Tractor Attachments to Get the Most Out of Your Machine

Useful tractor attachments such as the earth auger, rear-mounted blade, rotary tiller and more offer a means to get more value from your machinery investment.


| May/June 2012



Tractor Attachments

The rear-mounted finish mower tractor attachment saves time when it comes to mowing a large lawn.

Bobcat

Let’s face it, you live on the land because you love the peace and quiet, lack of nosy neighbors, and having the ability to look after a beloved piece of property in any way you want. There’s no shortage of tools to help you get it all done in a day, but one of your most significant investments is your tractor. Truth be told, your tractor makes work fun, and you actually look for ways to get more quality seat time – driving the property lines is OK, but couldn’t you be more productive? Thanks to thoughtful and efficient modern designs, your tractor doesn’t need to be just a tractor. With a few extra attachments, it can become a major labor-saver as you build your life out there.

Though named for its powerful pulling ability, the modern tractor is so much more than a towing machine. It can be a tool carrier, electrical generator, crane, excavator, portable hydraulic power source, and much more. We’ve selected five of the most versatile and useful categories of tools that, when attached to your tractor, will offer you legitimate seat time in every season.

Front-end loader

Most compact tractors sold today are equipped with a factory-mounted front-end loader attachment, and for good reason. The loader takes advantage of the tractor’s integral hydraulic system to help you get all kinds of work done. Most loader-equipped tractors come with a utility bucket attachment, which allows you to dig, lift, grade, load materials, spread materials, and carry heavy and/or bulky things around the farm — often in an improvised way.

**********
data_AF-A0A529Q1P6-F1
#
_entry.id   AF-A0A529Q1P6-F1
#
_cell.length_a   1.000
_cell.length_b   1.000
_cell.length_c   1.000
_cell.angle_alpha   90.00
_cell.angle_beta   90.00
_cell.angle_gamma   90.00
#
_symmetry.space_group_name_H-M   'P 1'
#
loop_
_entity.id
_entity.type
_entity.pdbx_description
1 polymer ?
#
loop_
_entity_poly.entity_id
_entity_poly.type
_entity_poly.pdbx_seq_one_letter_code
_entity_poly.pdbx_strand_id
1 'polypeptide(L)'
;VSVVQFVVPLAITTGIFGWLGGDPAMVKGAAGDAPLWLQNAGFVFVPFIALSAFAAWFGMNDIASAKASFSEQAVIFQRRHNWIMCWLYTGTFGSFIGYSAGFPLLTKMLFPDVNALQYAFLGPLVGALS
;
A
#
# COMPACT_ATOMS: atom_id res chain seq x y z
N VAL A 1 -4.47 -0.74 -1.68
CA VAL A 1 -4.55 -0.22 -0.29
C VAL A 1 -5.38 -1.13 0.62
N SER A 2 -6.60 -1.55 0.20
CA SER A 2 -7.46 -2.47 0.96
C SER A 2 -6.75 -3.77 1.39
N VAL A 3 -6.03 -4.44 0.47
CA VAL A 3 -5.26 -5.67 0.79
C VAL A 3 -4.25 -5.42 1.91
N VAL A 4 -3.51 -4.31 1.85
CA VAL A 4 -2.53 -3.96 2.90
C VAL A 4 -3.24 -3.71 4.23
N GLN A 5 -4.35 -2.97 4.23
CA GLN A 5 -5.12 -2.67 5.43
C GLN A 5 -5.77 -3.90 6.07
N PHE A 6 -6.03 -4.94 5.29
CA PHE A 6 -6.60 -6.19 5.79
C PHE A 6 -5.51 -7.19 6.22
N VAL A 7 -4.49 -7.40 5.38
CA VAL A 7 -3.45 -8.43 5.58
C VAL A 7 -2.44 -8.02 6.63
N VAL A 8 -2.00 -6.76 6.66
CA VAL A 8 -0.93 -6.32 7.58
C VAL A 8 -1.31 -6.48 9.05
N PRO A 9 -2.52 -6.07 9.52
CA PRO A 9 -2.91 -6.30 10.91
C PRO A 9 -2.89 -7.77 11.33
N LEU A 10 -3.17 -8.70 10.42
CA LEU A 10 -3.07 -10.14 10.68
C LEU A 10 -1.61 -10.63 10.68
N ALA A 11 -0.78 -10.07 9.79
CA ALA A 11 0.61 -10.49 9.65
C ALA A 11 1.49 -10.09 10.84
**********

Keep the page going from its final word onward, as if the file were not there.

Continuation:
Swap out the utility bucket for a snow bucket if you live where the winters are long and the white stuff gets deep. Attach a pair of pallet forks to the loader, and your tractor becomes a light-duty forklift. Have lots of large hay bales to move and toss over the fence? Add a loader-mounted bale-spear attachment. Need to do a bit of heavy lifting? You can add a boom pole attachment in place of the bucket. And the list goes on.

Everything from hydraulic earth auger to grapple fork to root rake attachments can be swapped for the utility bucket to make your loader really work.

These days, front-end loaders are easy to remove from the tractor (and even easier to mount) should you wish to do so. However, most compact tractor owners tend to leave the loader in place — even though it can get in the way at times — for the simple reason that it is generally the most used and versatile attachment for the machine. If you are looking at a couple of days of mowing, it’s probably worth the few minutes to remove the loader — you will have better maneuverability and there will be less wear and tear on the machine.





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